Major banks are funding plastics pollution, finds new report

The Bankrolling Plastics report was written by research network portfolio.earth, based on raw data for the loan and finance analysis commissioned from Profundo


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Bankrolling Plastics, a first-time ever investigation of the finance provided to key companies along the plastics supply chain has found that major banks are lending vast sums of capital without making any effort to address the plastic pollution crisis.

The assessment, carried out by portfolio.earth, found that between January 2015 and September 2019, 265 major banks provided loans and underwriting of more than USD 1.7 trillion, or USD 790 million per day, to 40 companies across the polymer, packaging, FMCG and retail industries, all key actors in the plastic packaging value chain. Twenty banks, mostly from the US and Europe, provided more than 80% of this funding (USD 1.4 trillion).

The ten largest financiers were Bank of America, Citigroup, JPMorgan Chase, Barclays, Goldman Sachs, HSBC, Deutsche Bank, Wells Fargo, BNP Paribas and Morgan Stanley. Together, they accounted for 62% of the finance identified.

The Bankrolling Plastics report was written by research network portfolio.earth, based on raw data for the loan and finance analysis commissioned from Profundo. The final analysis was audited by Vivid Economics. The report found that while many banks are aware of the plastic pollution crisis, none of the banks providing the bulk of the funding identified had developed any due diligence systems, contingent loan criteria, or financing exclusions for the plastics packaging industry. For example, no bank investigated has made their funding contingent on companies having policies to reduce the amount of plastic, or favour reusability and recycling over virgin plastics. This implies that banks are currently not taking any responsibility to understand, measure, or reduce the impacts of their loans within the plastics value chain.

Liz Gallagher, of portfolio.earth said: “Banks have fallen far behind the crowd of other actors that contribute to the plastic pollution crisis. They have developed a limited number of policies on fossil fuels and forest products but nothing on plastic”.

The findings fly in the face of the public outcry over the serious impacts of plastic pollution. Governments and scientists agree plastic pollution has no analogue in human history. Each minute, a truck full of plastics ends up in our oceans. Persistent harmful pollution from plastic packaging has now reached every corner of the planet from the deepest oceans to the top of Mount Everest with ingestion of plastic killing an estimated 1 million marine birds and 100,000 marine animals each year. The average person eats about 70,000 particles of microplastic a year.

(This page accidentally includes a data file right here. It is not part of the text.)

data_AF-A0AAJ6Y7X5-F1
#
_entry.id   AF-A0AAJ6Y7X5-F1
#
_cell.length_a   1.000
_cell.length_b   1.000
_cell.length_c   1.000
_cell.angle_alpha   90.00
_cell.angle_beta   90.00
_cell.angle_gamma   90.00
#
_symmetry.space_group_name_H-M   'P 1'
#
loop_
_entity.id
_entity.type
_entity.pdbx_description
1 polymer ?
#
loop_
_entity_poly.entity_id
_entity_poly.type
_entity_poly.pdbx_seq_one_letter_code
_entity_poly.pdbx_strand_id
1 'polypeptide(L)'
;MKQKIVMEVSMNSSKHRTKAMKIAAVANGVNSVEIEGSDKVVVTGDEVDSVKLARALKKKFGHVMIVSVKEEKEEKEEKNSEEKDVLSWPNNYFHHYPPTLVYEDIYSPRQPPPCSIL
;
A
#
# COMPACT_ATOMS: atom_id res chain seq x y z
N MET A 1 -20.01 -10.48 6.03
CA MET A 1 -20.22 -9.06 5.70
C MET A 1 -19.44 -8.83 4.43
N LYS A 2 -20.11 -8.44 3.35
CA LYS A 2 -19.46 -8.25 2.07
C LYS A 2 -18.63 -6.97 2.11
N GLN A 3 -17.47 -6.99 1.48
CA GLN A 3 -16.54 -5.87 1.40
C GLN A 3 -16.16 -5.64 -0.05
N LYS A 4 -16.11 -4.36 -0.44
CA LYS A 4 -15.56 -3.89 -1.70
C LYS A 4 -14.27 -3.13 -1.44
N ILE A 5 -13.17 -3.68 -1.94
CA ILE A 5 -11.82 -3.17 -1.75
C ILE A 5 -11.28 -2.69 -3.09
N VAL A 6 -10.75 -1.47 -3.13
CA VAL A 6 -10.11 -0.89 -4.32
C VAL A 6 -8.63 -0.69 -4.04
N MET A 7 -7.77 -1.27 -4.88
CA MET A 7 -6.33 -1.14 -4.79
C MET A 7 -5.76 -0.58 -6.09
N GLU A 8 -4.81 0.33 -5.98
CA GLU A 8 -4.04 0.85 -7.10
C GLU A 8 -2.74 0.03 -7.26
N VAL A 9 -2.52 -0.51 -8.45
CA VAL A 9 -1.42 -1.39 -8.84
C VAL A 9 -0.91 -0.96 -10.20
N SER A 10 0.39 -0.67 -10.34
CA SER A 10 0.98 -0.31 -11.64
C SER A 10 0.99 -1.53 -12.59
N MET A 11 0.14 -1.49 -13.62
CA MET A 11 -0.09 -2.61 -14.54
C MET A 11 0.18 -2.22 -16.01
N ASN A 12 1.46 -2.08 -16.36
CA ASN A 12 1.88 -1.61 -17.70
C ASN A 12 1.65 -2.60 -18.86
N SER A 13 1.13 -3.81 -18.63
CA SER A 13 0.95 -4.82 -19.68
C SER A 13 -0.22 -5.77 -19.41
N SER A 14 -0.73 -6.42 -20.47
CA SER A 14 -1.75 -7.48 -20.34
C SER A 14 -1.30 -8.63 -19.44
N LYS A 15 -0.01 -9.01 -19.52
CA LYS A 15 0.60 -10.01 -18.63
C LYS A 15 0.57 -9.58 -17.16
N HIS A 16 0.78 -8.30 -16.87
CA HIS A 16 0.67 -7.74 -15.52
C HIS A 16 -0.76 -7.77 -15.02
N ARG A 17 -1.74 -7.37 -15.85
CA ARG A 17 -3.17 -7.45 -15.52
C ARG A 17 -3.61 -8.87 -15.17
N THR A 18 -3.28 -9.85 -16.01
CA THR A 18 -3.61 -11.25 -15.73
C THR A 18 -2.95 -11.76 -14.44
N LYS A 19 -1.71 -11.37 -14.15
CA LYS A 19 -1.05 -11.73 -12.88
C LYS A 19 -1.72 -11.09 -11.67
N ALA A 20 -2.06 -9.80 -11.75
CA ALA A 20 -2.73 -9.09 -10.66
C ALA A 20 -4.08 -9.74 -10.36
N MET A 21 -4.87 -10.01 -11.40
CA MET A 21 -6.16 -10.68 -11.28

Covid-19 has delayed efforts to curb the use of plastics, with the plastics and petrochemicals industry casting their services as ‘essential’, despite health experts agreeing that reusables can be used safely.

Bankrolling Plastics calls for banks to mitigate their role in enabling plastic pollution, along with a fundamental shift away from business models that depend on single-use packaging towards those that prioritise re-use and more localised supply chains and services.

It demands that:

  • Banks make funding of corporate actors within the plastic packaging supply chain contingent on companies implementing best practice.
  • Governments stop protecting banks and re-write the rules of finance to hold banks liable for the damage caused by their lending.
  • Companies adopt international best practice to reduce the production and use of virgin plastic and increase the reusability of plastic packaging products.

“Bank lending to the plastics supply chain causes and contributes to pollution of the environment,” said Robin Smale, Director, of Vivid Economics.

“Banks need to mitigate their role in enabling plastic pollution in a number of ways, for example, by aligning their lending portfolios with public policy on plastic reduction, reusability and recycling and ceasing the financing of new plants that use virgin feedstock to produce single-use plastic packaging.”


Source: Bioplastics MAGAZINE, 2021-01-08.


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